The art portrait, the pixel and the gene: Micro construction of macro representation

Steven McCarthy

Research output: Contribution to journalArticlepeer-review

1 Scopus citations


Digital images rely on the fineness of pixels to create an illusion of pictorial reality, with individual 'picture elements' sacrificing themselves in service of the overall image. The elemental binary code underlying digital pictures has its parallel in human genetic code: bits of information are stored in the DNA, itself consisting of binary chemical relationships. The nature of human identity - as translated by artistic representations of the face - is emerging from this intersection. The mapping of the human genome has had implications for socio-cultural constructions of identity, especially for race and hereditary characteristics. This paper examines three artists whose creative inquiry addresses the human face and its relationship to digitisation, identity and genetic code: painter Chuck Close, Photomosaics® software inventor Rob Silvers, and photographer Nancy Burson. Their varying imaging strategies all employ micro and macro relationships, yet each offers different models for representing human identity.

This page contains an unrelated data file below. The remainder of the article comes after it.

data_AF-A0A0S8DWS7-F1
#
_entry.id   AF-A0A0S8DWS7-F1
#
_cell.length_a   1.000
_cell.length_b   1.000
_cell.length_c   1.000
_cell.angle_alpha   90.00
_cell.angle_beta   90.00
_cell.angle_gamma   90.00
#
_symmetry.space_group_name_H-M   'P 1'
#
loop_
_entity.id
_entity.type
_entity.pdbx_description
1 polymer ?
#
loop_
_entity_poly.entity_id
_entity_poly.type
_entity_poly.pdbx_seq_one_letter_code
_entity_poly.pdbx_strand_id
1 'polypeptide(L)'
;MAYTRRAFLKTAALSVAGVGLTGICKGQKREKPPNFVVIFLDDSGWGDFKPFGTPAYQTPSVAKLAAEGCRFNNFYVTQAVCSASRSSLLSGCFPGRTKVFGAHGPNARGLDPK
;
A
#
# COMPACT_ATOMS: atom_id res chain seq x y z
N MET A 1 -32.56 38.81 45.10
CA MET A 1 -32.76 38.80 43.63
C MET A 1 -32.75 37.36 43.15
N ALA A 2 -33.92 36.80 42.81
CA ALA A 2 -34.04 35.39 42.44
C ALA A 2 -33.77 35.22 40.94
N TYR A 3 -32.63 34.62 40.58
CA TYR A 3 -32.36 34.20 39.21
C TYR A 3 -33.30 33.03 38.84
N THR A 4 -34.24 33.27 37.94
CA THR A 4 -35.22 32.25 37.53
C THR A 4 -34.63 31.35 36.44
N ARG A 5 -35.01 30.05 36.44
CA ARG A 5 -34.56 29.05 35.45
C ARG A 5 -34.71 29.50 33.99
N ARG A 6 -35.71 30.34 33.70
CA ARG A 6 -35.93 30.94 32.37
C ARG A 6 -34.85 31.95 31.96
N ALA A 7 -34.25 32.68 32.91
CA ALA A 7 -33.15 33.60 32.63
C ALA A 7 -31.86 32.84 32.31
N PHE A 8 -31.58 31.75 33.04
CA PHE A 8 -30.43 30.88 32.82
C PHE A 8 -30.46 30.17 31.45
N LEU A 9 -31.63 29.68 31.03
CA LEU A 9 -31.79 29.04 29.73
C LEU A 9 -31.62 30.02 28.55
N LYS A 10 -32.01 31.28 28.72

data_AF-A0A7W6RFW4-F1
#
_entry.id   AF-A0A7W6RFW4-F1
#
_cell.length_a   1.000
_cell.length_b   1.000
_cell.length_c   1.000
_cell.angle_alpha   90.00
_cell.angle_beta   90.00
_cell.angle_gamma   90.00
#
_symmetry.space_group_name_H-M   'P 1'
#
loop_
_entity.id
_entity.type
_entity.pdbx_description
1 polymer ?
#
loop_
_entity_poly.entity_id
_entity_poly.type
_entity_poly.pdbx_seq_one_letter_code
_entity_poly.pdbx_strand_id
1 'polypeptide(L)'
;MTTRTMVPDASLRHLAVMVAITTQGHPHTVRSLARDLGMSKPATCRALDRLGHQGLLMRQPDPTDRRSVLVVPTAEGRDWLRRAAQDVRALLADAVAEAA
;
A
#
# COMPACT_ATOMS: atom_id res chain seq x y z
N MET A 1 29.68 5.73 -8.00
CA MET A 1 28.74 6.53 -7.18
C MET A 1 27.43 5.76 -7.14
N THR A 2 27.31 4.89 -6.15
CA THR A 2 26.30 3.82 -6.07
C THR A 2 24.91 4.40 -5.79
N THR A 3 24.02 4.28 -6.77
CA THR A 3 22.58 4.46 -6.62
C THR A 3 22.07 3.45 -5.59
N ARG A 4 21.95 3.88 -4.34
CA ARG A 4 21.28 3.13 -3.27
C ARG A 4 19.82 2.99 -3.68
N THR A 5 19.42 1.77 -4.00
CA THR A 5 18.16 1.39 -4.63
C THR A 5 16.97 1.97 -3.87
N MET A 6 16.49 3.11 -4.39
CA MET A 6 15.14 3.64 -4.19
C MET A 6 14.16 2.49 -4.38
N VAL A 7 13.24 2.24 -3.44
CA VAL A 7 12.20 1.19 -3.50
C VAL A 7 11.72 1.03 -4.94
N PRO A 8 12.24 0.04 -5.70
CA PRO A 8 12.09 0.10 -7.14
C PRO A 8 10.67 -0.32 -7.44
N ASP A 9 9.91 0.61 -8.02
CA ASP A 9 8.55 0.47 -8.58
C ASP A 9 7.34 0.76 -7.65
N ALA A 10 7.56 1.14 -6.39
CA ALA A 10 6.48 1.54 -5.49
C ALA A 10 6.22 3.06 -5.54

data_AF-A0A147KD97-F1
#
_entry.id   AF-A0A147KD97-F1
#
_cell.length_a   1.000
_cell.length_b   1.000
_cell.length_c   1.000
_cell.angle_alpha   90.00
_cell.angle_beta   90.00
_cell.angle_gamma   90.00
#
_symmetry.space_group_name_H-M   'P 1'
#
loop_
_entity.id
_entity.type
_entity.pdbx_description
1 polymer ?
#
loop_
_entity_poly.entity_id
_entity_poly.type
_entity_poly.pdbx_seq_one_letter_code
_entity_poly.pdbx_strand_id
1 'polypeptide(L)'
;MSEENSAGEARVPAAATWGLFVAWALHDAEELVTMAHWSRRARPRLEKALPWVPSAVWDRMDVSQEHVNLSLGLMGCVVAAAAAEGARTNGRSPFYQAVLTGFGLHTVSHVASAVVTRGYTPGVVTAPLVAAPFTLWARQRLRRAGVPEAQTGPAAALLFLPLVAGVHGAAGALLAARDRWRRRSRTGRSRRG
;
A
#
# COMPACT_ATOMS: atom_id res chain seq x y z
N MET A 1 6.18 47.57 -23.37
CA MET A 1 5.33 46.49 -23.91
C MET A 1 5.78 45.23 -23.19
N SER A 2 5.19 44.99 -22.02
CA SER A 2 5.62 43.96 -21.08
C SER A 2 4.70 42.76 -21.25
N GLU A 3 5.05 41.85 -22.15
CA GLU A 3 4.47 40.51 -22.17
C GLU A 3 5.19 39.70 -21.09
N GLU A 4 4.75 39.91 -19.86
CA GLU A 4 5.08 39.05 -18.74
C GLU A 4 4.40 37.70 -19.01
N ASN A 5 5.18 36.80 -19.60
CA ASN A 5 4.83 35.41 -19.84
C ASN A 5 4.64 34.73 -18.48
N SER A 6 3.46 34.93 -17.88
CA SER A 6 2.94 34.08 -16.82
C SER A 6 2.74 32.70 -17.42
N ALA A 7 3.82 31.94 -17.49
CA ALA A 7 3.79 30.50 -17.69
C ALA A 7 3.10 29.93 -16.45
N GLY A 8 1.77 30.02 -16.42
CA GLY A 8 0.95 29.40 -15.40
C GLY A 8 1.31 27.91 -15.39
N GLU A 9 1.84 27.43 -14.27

Original languageEnglish (US)
Pages (from-to)60-71
Number of pages12
Issue number4
StatePublished - 2005


  • Chuck Close
  • Digital art portrait
  • Human genome
  • Nancy Burson
  • Pixel resolution
  • Racial identity
  • Rob Silvers


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